As OSHA Continues Focus on Food Processors, Dairy Can Demonstrate Its People-First Culture
Just over a year ago, the Occupational Safety and Health Administration (OSHA) announced a new focus, a Local Emphasis Program (LEP) for food processors in Wisconsin, following a troubling uptick in serious injuries in manufacturing plants.
Now, OSHA officials are calling their efforts “fruitful.” Between July 2022 and July 2023, OSHA inspections of 48 Wisconsin food processing facilities, including dairy processors of varying sizes, resulted in 190 citations and penalties of $2 million.
Based on early outcomes in Wisconsin, OSHA expanded the LEP in January to include food processors across Region 5, and inspections – and citations – are now happening in Illinois and Ohio. Could a national expansion be next?
It’s a fair question – and a fair concern for any food processor.
Inspections lead to fines and, beyond the immediate hit to a bottom line, they can tarnish the reputation of a business, or even an industry, limiting the potential for growth. Harder still, though, are actual workplace injuries. While the human toll can reach far beyond numbers, it is estimated that U.S. employers pay almost $1 billion per week for direct workers' compensation costs alone.
OSHA’s online estimator tool, found at www.osha.gov/safetypays, reveals the average direct and indirect costs for the most common employee injuries. Direct costs include workers’ compensation payments, medical expenses, and legal services, while indirect costs may stem from accident investigations, lost productivity, equipment repairs, and the training of replacement employees. It all adds up. A simple laceration, for example, will cost an employer an average of $48,000. A fracture will mean expenses of $115,000 and an amputation tops more than $200,000.
Moreover, “OSHA’s goal is not penalties, but hazard elimination,” says OSHA Assistant Area Director David Schott, who hails from the Appleton, Wisconsin office where the LEP originated. “We just want people to be safe at work.”
On that point, dairy processors fully agree – and focusing on that area of shared value, they can view this program as an opportunity to demonstrate their people-first culture, proactively assessing safety protocols and equipment, and taking action to adjust as needed.
We have direction on where food processors can improve. Schott notes that in OSHA’s first year of program enforcement, the most frequently cited violations related to machine guarding, lockout/tagout, fall prevention, confined spaces, and hazard communication. Thanks to a Wisconsin Cheese Makers Association (WCMA) member that experienced an early LEP inspection, we know that OSHA is also keenly focused on recordkeeping, safety training that covers proper equipment handling, chemical usage, and emergency protocols, and personal protective equipment, including hard hats where necessary, safety footwear, safety glasses, and hearing protection.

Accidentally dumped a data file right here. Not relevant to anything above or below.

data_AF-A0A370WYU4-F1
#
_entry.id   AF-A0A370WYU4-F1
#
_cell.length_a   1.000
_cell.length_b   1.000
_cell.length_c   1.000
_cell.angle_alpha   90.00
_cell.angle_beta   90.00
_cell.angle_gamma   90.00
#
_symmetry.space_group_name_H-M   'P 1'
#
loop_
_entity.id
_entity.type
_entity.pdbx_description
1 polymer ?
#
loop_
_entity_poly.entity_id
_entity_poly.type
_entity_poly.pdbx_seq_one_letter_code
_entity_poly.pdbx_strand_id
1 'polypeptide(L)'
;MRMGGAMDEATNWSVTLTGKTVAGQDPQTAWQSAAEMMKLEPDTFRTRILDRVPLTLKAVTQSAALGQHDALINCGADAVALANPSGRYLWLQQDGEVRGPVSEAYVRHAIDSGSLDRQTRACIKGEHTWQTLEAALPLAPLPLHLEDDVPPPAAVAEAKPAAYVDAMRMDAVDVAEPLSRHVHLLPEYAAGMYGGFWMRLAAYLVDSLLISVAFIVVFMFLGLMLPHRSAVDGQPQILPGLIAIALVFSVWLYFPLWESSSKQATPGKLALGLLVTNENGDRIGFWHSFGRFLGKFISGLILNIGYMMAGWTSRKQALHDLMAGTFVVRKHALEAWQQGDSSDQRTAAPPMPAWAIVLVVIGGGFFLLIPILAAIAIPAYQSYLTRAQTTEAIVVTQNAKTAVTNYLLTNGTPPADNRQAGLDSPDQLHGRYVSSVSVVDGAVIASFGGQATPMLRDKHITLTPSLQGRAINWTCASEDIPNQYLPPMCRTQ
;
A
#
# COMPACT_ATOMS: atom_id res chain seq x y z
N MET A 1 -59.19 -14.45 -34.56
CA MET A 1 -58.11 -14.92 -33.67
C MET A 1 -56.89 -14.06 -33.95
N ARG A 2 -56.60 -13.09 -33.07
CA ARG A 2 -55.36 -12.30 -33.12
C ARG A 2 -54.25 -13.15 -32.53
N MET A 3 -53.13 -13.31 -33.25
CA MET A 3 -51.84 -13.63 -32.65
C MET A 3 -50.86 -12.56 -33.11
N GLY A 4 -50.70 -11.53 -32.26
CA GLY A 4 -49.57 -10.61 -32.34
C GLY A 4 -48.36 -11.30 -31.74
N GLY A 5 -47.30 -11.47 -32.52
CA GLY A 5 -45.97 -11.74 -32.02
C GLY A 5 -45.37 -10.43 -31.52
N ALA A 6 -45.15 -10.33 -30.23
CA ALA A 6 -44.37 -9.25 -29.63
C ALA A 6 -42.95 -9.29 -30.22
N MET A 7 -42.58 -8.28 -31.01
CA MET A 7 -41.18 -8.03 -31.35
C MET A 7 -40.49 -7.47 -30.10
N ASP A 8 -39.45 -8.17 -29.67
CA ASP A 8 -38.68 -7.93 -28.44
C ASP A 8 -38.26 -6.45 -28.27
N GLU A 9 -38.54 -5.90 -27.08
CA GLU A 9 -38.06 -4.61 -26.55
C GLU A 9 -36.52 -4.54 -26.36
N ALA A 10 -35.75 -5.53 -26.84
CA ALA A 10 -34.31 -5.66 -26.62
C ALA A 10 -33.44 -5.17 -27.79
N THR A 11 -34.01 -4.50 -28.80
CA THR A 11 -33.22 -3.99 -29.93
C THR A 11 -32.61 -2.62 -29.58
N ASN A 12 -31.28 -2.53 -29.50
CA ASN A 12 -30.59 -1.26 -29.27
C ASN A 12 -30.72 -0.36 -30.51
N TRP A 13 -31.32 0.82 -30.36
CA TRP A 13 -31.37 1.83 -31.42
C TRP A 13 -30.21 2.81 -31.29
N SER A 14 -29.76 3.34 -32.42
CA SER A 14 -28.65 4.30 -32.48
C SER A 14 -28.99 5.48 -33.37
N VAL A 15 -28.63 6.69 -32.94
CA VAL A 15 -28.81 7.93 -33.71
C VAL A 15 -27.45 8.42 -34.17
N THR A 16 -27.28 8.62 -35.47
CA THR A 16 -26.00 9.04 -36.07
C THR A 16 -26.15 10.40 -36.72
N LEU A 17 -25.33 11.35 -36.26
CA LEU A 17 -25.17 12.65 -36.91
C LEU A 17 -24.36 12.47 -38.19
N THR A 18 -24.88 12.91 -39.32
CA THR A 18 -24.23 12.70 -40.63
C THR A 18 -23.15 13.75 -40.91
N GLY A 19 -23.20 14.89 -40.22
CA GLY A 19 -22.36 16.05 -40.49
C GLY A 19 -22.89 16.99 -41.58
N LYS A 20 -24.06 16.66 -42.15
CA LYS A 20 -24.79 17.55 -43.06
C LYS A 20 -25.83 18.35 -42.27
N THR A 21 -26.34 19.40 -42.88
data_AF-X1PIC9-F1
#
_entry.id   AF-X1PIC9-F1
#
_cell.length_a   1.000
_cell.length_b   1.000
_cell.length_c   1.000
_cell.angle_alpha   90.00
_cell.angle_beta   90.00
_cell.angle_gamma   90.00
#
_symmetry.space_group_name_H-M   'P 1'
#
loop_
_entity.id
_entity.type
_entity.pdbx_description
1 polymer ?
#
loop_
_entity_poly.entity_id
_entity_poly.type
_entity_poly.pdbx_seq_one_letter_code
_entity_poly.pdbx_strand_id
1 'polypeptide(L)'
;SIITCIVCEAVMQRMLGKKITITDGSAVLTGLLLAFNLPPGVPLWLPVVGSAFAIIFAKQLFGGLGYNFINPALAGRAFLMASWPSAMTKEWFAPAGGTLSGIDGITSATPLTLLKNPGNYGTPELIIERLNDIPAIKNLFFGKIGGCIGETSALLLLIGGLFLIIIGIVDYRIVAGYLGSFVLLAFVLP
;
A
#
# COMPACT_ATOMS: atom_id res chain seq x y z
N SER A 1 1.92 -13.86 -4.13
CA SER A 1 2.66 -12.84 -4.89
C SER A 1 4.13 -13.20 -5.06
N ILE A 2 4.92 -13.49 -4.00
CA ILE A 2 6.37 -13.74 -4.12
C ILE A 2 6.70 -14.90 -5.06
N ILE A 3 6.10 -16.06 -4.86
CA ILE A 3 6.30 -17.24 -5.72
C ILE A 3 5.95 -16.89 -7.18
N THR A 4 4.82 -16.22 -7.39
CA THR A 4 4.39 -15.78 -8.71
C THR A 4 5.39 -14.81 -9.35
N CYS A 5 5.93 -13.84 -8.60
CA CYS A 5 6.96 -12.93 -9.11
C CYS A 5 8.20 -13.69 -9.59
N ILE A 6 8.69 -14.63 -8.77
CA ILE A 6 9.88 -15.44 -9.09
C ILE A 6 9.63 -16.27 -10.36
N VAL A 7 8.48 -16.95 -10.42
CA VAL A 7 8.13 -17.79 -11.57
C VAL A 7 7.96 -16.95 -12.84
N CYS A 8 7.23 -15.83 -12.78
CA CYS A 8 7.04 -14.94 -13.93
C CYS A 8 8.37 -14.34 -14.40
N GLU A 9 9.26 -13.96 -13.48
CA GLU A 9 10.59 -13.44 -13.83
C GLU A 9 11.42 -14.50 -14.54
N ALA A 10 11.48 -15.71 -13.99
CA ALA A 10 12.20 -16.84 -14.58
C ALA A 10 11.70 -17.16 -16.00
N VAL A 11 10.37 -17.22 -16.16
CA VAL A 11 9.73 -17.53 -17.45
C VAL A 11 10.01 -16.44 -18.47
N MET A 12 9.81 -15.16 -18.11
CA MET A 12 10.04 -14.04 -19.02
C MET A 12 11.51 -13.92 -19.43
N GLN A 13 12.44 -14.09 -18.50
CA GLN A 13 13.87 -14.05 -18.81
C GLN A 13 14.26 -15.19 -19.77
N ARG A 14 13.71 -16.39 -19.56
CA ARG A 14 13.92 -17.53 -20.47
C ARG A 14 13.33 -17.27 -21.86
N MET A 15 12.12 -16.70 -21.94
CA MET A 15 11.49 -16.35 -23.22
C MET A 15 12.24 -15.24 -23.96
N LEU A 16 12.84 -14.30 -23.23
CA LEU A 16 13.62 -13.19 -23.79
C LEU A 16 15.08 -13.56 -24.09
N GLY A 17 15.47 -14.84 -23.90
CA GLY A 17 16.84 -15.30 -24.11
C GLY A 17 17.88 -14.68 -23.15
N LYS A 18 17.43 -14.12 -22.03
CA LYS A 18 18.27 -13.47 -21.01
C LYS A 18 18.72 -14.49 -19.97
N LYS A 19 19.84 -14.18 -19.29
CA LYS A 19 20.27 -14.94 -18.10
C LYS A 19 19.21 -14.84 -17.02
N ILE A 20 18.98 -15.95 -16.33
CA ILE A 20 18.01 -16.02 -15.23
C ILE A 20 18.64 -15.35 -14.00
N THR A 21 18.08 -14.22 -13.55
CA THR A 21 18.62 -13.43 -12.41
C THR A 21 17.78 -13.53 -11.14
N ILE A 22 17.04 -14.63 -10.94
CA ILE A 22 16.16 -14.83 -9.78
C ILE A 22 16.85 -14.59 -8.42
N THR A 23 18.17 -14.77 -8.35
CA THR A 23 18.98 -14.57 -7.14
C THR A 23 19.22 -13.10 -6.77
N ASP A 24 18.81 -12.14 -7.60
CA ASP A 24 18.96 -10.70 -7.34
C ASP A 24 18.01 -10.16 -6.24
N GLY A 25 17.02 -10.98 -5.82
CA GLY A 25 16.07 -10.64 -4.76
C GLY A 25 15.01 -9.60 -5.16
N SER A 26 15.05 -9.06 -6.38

OSHA regulations in each of these areas are well-defined, and dairy processing plant managers should take time with their safety leads to regularly review each of these areas – on paper and in practice.
But outside viewpoints can be valuable, and resources are available. Consider scheduling a no-cost, confidential meeting via OSHA’s on-site consultation program, which employs state agency or university staff, working separately from OSHA enforcement, to identify workplace hazards, provide advice for compliance with OSHA standards, and assist in establishing and improving safety and health programs. On-site consultants will not issue citations or propose penalties, or report possible violations of regulations to OSHA enforcement personnel. Complete information is available at https://www.osha.gov/consultation.
Dairy processors may also consider their supplier partners’ expertise: a good vendor can help to solve common safety challenges. From specialized signage to cutting-edge equipment and improved PPE, tailored solutions are available for every workplace.
Finally, consider engaging with trade associations offering platforms for industry peers to connect for practical conversations about employee safety practices. Members of WCMA’s Health & Safety Group, meeting quarterly, have created a “safe” space for learning from one another and from experts in much the same way as our industry has long shared information on food safety, to the benefit of all.
Taking steps now to assess and enhance safety practices may save dairy manufacturers from tens of thousands of dollars in fines, as OSHA continues – or further expands – its focus on food processing. Beyond compliance, a robust safety culture also will prevent costly accidents and injuries, and protect the well-being and trust of any dairy processor’s most valuable asset: its workforce.